Libraries use classification systems to organize the books and videos on the shelves. Most public libraries use the Dewey Decimal Classification System (DDC) and most academic libraries (including Reynolds Libraries) use the Library of Congress Classification System (LC).
You may be more familiar with the Dewey Decimal system which uses only numbers to arrange materials on the shelves. The LC system uses a combination of letters and numbers to arrange materials on the shelves.
These classification systems allow each book and video in the library to be assigned a unique call number. A call number is like an address; it indicates where the book is located on the library shelves.
Anatomy of a Call Number
A call number label is attached to each book and video spine or front cover. Every item record in the library catalog also includes a call number. When searching the library catalog, you want to be sure to jot down the complete LC call number in order to locate the item on the shelf.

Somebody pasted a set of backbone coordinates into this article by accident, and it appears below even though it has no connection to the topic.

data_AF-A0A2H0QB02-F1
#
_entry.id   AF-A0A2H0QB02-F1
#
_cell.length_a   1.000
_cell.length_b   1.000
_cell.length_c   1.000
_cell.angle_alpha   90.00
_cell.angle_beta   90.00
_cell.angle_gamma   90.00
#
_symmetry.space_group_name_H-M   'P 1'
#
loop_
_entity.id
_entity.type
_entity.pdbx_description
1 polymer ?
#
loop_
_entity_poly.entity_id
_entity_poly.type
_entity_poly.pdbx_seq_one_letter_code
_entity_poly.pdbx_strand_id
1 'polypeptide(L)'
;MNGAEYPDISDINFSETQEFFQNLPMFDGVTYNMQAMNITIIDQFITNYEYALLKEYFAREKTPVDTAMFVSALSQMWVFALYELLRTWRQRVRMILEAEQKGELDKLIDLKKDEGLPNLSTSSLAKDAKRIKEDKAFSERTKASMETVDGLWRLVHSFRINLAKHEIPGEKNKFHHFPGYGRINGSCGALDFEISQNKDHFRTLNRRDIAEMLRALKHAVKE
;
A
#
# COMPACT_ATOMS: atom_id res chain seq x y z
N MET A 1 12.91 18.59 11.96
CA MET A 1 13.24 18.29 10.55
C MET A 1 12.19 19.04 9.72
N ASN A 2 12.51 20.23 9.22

If you haven’t narrowed down your topic for a research assignment but have a general subject in mind, you can also browse the shelves if you know the beginning Library of Congress classification letters for that subject (e.g., BF – Psychology books; L - Education; PS – American Literature; R – Medicine)
Created by University of Arkansas Libraries.